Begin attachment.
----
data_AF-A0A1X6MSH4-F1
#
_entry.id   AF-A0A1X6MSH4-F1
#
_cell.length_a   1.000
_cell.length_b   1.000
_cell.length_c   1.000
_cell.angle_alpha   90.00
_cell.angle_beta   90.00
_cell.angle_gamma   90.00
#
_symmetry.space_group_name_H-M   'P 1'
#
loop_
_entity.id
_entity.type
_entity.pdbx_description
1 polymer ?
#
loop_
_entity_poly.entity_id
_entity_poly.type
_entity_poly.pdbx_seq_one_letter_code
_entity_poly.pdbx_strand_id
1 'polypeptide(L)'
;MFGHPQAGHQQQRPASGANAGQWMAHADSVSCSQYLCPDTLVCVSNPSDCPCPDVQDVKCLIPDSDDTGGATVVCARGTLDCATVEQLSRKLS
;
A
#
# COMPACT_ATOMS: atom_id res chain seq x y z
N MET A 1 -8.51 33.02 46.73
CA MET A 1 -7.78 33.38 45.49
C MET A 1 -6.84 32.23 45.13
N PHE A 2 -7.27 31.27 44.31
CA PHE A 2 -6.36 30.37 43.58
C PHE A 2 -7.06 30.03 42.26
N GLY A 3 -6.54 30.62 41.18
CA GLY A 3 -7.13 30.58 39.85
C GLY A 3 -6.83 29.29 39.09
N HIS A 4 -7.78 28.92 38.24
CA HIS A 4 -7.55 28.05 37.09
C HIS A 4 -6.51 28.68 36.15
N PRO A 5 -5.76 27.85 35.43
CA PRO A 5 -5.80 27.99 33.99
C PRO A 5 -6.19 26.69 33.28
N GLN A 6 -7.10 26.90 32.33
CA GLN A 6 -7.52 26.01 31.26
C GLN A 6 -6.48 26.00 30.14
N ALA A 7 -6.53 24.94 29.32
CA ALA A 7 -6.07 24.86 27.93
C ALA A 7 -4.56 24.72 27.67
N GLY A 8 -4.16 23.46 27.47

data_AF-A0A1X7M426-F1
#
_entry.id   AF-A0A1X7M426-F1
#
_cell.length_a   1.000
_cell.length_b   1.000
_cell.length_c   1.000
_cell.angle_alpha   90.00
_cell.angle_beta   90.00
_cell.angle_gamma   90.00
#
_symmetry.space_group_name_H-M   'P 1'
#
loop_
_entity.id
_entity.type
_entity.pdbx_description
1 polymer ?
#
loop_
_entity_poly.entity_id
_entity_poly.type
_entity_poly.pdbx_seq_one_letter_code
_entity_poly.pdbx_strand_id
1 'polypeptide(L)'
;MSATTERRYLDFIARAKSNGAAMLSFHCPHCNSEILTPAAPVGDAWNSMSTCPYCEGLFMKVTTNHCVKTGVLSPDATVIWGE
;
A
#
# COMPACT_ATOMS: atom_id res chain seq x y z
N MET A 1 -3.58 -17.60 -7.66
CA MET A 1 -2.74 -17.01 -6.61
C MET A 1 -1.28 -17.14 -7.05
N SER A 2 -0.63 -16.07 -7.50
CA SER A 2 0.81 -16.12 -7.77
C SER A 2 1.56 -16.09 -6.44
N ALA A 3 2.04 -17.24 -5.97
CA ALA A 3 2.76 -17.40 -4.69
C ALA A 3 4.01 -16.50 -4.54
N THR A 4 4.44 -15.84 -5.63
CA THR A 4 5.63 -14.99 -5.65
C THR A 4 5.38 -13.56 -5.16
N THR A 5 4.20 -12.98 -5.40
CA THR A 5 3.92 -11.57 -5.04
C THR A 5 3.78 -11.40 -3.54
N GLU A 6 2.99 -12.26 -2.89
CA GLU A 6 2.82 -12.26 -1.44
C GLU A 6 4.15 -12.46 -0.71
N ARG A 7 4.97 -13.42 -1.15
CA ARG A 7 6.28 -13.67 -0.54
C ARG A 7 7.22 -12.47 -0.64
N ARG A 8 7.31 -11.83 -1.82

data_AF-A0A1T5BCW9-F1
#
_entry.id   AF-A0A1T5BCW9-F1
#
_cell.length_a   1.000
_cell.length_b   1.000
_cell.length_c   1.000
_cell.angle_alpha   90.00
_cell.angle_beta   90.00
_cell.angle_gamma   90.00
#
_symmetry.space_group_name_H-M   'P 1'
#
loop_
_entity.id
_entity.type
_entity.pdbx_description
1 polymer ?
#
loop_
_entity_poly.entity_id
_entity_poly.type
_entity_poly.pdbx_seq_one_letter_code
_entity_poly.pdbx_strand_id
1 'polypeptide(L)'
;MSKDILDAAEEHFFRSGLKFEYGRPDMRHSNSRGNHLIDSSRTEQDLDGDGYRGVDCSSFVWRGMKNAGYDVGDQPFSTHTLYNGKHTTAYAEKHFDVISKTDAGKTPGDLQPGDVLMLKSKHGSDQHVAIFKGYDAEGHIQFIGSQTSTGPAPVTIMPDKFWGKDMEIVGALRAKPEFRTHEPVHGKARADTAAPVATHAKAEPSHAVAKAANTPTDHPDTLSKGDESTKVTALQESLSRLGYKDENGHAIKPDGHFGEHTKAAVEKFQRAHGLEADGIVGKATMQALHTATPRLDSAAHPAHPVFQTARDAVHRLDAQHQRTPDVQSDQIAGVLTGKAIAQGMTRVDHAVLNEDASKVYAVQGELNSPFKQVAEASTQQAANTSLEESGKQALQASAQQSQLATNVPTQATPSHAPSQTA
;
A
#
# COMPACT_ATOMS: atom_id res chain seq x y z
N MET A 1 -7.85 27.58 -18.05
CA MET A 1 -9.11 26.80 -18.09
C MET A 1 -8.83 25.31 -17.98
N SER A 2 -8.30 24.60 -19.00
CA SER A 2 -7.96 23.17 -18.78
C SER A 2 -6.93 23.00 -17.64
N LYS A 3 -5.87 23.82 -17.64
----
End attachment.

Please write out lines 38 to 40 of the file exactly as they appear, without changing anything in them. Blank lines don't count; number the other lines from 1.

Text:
CA GLY A 3 -7.13 30.58 39.85
C GLY A 3 -6.83 29.29 39.09
N HIS A 4 -7.78 28.92 38.24